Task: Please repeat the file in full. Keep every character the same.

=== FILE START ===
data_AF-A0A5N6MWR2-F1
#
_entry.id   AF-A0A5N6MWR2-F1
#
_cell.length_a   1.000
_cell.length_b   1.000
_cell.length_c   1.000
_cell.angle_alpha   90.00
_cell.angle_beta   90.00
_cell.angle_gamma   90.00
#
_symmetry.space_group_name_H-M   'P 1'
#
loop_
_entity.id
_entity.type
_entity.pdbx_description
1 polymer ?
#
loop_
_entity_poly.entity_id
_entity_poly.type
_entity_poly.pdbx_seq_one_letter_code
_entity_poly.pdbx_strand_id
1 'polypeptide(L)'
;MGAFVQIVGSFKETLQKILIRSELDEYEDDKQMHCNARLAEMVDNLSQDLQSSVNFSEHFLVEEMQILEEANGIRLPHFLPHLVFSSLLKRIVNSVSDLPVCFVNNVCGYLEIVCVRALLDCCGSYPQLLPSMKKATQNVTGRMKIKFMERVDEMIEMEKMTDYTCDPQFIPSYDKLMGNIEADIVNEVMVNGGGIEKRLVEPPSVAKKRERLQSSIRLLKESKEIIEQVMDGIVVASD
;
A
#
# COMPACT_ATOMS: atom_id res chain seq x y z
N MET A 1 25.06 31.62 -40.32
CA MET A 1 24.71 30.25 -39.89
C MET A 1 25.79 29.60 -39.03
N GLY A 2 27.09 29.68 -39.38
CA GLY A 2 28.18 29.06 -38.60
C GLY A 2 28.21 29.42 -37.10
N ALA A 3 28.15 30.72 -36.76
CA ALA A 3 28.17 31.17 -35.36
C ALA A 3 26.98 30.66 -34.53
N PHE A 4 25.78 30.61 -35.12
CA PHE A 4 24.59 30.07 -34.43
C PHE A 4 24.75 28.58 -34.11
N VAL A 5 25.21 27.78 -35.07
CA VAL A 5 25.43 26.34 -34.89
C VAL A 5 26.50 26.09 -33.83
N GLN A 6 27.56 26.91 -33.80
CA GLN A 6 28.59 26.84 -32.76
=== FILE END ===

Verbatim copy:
data_AF-A0A5N6MWR2-F1
#
_entry.id   AF-A0A5N6MWR2-F1
#
_cell.length_a   1.000
_cell.length_b   1.000
_cell.length_c   1.000
_cell.angle_alpha   90.00
_cell.angle_beta   90.00
_cell.angle_gamma   90.00
#
_symmetry.space_group_name_H-M   'P 1'
#
loop_
_entity.id
_entity.type
_entity.pdbx_description
1 polymer ?
#
loop_
_entity_poly.entity_id
_entity_poly.type
_entity_poly.pdbx_seq_one_letter_code
_entity_poly.pdbx_strand_id
1 'polypeptide(L)'
;MGAFVQIVGSFKETLQKILIRSELDEYEDDKQMHCNARLAEMVDNLSQDLQSSVNFSEHFLVEEMQILEEANGIRLPHFLPHLVFSSLLKRIVNSVSDLPVCFVNNVCGYLEIVCVRALLDCCGSYPQLLPSMKKATQNVTGRMKIKFMERVDEMIEMEKMTDYTCDPQFIPSYDKLMGNIEADIVNEVMVNGGGIEKRLVEPPSVAKKRERLQSSIRLLKESKEIIEQVMDGIVVASD
;
A
#
# COMPACT_ATOMS: atom_id res chain seq x y z
N MET A 1 25.06 31.62 -40.32
CA MET A 1 24.71 30.25 -39.89
C MET A 1 25.79 29.60 -39.03
N GLY A 2 27.09 29.68 -39.38
CA GLY A 2 28.18 29.06 -38.60
C GLY A 2 28.21 29.42 -37.10
N ALA A 3 28.15 30.72 -36.76
CA ALA A 3 28.17 31.17 -35.36
C ALA A 3 26.98 30.66 -34.53
N PHE A 4 25.78 30.61 -35.12
CA PHE A 4 24.59 30.07 -34.43
C PHE A 4 24.75 28.58 -34.11
N VAL A 5 25.21 27.78 -35.07
CA VAL A 5 25.43 26.34 -34.89
C VAL A 5 26.50 26.09 -33.83
N GLN A 6 27.56 26.91 -33.80
CA GLN A 6 28.59 26.84 -32.76